#5 - The Paintball Marker

 Paintball Markers are powered by carbon dioxide (CO2), compressed air, or propane. These compressed gases are contained in refillable bottles or tanks which connect to the marker. These cylinders can power a marker for hundreds of shots before being emptied. There are some markers which use small 12 gram CO2 cylinders which are good for around 30 to 35 shots each.

PUMP MARKERS: Each time you shoot a paintball with a Pump action marker you must cock the marker by using the pump, then squeeze the trigger. You must recock the marker to shoot again.

SEMI-AUTO MARKERS: The first time you shoot a semi-auto marker you have to cock the marker by pulling back on the cocking handle. The marker will recock itself after each shot afterward. They can by mechanical, or electronic.

*MULTI-MODE MARKERS: These types of markers can be mechanical but are usually electronic. They have the ability of operating in modes other than semi-auto. They can be set to fire in burst mode such as 3 round or 6 round burst per trigger pull. Some can be set to be increased 1 round for burst at a time. These markers often include a full-auto mode as well. The latest markers have "ramping" modes, which allow the player to increase the rate of fire (rof) while the marker is being fired.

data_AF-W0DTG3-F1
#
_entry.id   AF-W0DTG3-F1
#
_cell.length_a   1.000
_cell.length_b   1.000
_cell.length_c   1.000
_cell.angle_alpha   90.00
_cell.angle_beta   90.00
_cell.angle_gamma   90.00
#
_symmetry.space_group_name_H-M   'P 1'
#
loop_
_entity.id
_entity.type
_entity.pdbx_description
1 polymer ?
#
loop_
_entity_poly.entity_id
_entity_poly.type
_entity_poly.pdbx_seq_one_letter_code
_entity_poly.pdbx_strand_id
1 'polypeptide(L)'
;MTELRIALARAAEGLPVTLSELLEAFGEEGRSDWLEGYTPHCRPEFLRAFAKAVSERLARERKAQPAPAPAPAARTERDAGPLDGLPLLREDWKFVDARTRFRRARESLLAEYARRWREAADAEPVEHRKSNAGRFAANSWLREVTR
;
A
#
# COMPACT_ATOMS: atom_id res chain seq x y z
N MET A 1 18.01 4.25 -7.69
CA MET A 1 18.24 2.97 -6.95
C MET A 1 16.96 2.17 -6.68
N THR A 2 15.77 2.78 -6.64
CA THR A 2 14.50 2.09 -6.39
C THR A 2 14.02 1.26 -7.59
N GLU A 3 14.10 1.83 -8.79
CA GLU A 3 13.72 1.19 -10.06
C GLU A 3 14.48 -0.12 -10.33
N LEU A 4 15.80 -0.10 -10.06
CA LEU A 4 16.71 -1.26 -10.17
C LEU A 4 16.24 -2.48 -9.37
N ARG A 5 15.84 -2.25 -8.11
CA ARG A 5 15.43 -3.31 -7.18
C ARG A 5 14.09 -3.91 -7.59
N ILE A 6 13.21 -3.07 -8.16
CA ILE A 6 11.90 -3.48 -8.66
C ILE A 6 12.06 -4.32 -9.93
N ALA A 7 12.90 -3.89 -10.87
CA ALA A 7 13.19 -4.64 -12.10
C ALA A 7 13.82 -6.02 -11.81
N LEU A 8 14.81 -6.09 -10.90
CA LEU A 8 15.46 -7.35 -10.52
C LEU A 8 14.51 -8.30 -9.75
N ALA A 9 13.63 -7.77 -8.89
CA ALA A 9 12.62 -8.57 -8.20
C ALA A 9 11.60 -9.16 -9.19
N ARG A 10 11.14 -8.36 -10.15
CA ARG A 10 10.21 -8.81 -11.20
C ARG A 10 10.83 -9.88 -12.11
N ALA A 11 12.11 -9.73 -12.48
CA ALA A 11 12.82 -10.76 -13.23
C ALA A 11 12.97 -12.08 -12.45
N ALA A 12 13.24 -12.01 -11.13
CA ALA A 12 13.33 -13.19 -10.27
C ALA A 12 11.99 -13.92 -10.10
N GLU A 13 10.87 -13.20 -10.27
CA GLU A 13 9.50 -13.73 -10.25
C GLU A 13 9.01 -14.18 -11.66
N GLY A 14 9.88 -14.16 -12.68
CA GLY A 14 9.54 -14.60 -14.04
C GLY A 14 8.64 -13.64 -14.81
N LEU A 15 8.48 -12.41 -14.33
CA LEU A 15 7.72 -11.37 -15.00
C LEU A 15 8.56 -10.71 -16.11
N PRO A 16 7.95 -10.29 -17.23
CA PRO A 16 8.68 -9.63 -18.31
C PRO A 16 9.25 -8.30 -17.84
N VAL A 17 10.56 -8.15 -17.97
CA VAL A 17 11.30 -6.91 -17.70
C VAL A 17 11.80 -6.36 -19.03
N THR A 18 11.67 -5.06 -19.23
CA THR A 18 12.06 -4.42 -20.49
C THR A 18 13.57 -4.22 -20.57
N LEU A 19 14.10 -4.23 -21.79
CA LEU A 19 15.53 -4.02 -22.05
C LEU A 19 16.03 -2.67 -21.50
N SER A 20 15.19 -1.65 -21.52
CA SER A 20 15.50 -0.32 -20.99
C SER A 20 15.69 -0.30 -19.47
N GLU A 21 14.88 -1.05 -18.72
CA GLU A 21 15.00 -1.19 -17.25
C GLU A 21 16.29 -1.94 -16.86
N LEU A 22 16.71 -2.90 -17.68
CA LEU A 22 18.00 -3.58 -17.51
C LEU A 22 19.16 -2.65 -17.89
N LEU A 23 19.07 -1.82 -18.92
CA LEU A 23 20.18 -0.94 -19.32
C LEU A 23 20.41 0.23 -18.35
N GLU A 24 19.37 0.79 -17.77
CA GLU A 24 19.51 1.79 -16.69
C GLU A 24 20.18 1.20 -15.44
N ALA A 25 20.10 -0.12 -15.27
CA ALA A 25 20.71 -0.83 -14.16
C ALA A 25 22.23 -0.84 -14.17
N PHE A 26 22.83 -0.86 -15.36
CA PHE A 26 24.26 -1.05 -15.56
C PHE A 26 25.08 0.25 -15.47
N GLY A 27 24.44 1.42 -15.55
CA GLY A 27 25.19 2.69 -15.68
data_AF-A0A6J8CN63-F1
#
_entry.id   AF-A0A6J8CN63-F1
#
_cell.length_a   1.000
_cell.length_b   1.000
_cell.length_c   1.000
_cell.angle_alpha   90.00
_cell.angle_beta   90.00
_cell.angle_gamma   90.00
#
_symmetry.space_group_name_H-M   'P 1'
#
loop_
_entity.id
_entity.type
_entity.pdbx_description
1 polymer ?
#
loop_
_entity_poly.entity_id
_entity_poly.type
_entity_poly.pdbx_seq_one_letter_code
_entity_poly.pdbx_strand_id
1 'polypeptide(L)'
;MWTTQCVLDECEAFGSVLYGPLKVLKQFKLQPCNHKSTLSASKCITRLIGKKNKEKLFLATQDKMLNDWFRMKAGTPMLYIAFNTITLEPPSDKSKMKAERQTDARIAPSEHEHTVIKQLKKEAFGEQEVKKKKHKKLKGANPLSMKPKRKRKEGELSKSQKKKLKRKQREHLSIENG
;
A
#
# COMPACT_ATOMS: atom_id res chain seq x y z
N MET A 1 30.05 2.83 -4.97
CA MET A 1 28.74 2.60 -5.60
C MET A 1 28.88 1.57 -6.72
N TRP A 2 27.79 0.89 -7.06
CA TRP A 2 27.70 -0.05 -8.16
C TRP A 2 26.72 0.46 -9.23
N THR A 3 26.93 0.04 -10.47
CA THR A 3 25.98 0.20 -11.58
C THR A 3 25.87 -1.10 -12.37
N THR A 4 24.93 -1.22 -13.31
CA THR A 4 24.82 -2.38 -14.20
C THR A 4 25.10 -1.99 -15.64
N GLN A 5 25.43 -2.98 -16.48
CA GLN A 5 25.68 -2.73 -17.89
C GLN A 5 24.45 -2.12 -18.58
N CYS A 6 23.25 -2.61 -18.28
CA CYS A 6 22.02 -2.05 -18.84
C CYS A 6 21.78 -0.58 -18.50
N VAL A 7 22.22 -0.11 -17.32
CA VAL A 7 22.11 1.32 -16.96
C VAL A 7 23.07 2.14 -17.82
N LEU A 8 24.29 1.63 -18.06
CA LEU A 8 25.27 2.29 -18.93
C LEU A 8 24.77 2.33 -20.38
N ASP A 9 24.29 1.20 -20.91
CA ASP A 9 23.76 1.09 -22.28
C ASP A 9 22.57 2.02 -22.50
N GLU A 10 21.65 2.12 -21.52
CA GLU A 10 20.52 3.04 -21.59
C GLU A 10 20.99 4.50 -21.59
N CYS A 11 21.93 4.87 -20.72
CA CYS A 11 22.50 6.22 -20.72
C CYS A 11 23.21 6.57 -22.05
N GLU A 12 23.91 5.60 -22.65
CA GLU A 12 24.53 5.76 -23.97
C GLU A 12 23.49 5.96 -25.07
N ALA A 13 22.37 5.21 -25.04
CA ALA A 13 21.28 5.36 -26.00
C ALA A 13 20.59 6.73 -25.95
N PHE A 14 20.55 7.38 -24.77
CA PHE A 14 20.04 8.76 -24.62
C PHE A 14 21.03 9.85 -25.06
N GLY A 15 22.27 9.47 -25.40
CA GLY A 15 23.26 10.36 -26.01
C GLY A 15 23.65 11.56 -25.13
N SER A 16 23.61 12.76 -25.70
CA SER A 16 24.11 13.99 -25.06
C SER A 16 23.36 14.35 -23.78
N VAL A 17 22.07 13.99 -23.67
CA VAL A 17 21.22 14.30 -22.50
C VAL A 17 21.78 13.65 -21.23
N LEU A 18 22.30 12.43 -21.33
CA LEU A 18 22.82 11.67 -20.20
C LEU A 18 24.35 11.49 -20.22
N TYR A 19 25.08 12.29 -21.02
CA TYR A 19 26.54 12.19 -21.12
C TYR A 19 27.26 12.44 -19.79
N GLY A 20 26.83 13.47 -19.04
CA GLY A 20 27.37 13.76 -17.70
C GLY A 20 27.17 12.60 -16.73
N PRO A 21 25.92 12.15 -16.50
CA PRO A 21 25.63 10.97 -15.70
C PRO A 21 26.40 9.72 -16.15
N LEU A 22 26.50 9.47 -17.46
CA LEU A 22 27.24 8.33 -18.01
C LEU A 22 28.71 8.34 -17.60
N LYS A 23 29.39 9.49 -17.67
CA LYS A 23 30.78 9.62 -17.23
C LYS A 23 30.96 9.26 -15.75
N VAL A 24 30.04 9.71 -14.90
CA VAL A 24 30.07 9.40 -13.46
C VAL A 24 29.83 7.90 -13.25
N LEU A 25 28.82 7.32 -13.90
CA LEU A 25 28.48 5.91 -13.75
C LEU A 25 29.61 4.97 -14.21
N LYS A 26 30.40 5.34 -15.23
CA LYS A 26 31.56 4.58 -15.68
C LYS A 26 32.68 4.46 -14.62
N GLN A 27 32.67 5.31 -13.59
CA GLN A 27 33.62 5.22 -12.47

*note: Triggertyme does not allow multi-mode markers to be set at any mode other than semi-auto while on the field during recreational gaming. This rule is enforced not only for safety and insurance reasons but to keep an" even playing" field for our patrons to enjoy.

$100 - $250 : A new or used Tippman 98 with a decent barrel - (500 to 1000 paintball rounds a day typical)

$150 - $400 : A new or used Tippman A5 - excellent markers. (500 to 1000 paintball rounds a day typical - double that if A5 has eGrip or response trigger)

Spyders : generally decent for a while, but tend to break much quicker that the Tippmanns. 6 months of service life typical of regular use.

The Smart Part ION's are decent, but not a good choice for a new player - to much time needed to keep running.

Autococker -excellent choice but the worst marker for the new player. Very tricky to get running.